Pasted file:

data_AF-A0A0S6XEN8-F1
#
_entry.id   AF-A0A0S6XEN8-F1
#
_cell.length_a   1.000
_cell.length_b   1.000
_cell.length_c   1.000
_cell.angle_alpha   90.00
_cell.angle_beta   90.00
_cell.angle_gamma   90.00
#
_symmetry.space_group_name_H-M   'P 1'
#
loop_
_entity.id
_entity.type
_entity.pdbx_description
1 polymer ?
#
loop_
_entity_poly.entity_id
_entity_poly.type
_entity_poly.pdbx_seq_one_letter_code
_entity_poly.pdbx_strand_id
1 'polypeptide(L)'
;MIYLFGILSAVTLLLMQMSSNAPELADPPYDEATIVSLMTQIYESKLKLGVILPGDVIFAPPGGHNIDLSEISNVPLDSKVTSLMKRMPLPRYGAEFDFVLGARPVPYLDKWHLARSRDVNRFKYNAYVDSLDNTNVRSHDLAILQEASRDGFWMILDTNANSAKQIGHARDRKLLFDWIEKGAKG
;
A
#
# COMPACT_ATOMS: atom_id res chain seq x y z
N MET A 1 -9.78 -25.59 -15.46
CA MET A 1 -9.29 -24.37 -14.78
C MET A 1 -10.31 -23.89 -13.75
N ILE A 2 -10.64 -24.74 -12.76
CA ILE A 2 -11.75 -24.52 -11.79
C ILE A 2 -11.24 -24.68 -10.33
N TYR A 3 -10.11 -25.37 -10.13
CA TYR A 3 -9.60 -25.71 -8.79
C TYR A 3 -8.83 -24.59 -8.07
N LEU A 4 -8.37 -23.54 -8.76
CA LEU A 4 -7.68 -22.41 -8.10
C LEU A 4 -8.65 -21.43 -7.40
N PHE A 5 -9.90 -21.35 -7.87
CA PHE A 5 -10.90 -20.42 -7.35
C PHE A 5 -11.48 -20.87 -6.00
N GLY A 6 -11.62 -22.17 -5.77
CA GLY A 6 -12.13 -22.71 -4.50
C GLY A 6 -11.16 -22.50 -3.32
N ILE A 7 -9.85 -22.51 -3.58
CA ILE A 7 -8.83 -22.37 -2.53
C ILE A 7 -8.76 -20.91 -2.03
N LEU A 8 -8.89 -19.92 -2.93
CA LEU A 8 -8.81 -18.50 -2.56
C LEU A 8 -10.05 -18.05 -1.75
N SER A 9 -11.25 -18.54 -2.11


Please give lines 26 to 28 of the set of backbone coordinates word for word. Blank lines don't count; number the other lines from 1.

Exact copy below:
;MIYLFGILSAVTLLLMQMSSNAPELADPPYDEATIVSLMTQIYESKLKLGVILPGDVIFAPPGGHNIDLSEISNVPLDSKVTSLMKRMPLPRYGAEFDFVLGARPVPYLDKWHLARSRDVNRFKYNAYVDSLDNTNVRSHDLAILQEASRDGFWMILDTNANSAKQIGHARDRKLLFDWIEKGAKG
;
A